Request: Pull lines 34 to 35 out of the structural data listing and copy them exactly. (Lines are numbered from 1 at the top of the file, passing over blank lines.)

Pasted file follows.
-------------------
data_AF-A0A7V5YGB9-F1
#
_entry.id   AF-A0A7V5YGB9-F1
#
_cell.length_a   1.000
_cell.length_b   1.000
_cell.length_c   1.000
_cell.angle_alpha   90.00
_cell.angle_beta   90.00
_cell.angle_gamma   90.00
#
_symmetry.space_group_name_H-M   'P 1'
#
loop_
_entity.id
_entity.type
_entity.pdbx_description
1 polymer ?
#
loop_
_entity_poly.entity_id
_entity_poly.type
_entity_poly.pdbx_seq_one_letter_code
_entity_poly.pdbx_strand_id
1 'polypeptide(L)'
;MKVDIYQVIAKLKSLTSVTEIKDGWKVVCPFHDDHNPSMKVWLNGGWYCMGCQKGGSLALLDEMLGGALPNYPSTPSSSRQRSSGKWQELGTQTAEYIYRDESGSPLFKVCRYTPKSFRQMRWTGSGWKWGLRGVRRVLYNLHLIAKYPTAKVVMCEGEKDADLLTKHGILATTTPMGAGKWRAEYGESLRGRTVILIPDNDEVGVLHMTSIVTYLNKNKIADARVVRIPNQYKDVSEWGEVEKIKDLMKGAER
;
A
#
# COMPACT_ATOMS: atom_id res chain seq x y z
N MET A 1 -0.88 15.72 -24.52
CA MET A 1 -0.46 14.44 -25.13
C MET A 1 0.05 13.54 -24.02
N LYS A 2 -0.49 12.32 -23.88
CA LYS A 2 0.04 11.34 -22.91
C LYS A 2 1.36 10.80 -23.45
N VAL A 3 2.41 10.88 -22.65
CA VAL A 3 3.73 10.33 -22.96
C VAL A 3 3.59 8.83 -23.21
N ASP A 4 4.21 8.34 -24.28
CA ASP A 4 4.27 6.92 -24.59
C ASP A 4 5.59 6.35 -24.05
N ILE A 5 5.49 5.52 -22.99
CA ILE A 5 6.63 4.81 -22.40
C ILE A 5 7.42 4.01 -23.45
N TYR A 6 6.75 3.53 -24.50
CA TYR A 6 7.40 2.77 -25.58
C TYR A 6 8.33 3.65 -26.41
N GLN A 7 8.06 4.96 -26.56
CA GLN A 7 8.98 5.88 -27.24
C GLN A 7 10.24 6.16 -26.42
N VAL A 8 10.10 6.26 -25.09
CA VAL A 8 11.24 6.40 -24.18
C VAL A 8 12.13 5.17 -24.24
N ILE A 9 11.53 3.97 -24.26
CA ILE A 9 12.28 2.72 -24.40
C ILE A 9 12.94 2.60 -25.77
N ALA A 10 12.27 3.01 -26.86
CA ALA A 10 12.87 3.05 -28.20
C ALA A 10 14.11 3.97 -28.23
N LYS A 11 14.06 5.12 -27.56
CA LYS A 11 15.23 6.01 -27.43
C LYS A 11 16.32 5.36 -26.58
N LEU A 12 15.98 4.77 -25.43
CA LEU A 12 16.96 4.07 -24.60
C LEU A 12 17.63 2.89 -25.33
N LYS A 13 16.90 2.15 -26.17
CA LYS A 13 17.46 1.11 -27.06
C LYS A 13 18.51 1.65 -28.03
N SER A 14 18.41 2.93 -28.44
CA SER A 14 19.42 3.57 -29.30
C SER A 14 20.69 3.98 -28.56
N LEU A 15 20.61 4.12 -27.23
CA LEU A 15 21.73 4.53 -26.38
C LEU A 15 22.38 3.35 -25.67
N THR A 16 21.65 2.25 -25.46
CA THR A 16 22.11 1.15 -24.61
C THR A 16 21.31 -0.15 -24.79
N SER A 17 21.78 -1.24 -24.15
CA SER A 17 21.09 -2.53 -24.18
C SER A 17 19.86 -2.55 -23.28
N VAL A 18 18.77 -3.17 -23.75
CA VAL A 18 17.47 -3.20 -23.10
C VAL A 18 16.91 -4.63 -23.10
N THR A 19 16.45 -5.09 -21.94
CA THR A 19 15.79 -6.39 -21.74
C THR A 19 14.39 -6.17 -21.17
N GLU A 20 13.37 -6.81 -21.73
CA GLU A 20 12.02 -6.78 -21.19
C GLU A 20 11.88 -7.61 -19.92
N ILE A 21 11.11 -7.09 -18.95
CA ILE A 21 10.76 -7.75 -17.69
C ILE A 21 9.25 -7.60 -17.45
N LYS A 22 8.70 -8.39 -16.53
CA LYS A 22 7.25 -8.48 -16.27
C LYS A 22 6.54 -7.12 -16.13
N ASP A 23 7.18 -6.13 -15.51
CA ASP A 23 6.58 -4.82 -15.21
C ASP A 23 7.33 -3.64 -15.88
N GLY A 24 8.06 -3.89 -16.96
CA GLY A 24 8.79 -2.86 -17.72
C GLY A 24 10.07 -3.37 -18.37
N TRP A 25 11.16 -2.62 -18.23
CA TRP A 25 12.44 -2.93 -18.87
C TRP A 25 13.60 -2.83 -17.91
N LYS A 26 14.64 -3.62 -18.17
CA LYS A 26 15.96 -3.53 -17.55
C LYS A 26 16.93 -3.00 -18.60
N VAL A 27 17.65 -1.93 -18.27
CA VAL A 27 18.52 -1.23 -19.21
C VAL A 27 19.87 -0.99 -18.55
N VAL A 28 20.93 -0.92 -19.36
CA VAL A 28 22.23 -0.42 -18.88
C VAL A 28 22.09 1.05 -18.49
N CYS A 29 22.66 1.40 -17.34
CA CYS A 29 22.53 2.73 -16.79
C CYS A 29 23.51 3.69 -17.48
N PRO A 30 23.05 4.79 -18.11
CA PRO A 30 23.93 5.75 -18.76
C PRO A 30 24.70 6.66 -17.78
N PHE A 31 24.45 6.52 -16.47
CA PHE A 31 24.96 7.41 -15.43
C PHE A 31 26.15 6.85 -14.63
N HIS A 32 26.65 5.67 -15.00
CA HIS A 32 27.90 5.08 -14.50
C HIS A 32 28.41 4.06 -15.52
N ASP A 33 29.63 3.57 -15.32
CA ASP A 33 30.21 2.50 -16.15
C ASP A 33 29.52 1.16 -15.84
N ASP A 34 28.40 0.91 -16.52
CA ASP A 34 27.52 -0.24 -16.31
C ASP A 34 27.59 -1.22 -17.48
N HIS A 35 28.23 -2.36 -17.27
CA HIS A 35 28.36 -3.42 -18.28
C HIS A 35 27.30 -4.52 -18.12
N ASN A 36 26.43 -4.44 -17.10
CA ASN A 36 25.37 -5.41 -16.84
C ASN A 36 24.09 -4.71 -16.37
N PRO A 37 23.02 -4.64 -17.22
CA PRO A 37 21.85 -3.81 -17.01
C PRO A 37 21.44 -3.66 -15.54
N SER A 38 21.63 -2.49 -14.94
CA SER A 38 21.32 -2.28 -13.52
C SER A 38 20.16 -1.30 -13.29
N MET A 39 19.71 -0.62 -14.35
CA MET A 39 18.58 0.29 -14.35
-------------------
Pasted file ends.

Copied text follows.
N LYS A 2 -0.49 12.32 -23.88
CA LYS A 2 0.04 11.34 -22.91